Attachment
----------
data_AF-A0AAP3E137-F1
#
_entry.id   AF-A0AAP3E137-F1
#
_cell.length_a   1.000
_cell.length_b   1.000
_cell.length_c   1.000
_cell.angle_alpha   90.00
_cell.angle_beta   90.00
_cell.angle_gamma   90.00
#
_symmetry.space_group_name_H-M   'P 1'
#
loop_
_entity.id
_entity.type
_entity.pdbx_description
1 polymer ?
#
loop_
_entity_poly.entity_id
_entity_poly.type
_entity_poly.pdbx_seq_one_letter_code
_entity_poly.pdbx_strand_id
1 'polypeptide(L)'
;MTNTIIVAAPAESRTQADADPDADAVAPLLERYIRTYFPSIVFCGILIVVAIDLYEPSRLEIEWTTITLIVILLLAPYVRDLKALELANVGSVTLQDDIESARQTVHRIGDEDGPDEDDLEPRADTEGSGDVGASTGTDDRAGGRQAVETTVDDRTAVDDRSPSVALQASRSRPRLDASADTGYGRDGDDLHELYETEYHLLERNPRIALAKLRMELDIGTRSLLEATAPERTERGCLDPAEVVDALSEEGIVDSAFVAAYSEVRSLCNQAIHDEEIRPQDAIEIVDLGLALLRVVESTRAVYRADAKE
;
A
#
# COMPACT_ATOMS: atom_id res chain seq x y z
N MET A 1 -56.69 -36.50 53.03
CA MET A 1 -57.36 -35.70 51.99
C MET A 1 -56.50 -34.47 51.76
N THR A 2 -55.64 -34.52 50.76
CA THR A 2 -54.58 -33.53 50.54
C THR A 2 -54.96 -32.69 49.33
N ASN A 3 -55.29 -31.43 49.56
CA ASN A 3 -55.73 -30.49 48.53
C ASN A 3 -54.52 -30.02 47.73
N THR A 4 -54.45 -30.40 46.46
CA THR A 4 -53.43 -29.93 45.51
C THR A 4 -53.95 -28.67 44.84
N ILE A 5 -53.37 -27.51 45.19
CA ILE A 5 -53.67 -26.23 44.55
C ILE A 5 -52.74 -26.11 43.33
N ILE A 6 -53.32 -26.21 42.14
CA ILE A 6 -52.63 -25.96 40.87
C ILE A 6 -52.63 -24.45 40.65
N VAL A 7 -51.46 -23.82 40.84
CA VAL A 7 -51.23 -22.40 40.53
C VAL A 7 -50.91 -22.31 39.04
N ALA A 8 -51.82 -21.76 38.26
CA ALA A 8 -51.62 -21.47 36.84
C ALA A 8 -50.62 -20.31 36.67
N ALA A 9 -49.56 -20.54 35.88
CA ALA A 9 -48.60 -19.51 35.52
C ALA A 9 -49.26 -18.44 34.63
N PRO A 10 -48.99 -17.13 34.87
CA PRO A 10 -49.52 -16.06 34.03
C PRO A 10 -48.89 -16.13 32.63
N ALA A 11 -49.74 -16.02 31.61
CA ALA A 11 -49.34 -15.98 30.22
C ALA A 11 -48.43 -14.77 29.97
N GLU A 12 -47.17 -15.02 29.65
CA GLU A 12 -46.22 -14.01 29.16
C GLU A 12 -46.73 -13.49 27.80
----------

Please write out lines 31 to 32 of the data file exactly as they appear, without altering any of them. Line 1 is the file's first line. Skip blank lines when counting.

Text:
N MET A 1 -56.69 -36.50 53.03
CA MET A 1 -57.36 -35.70 51.99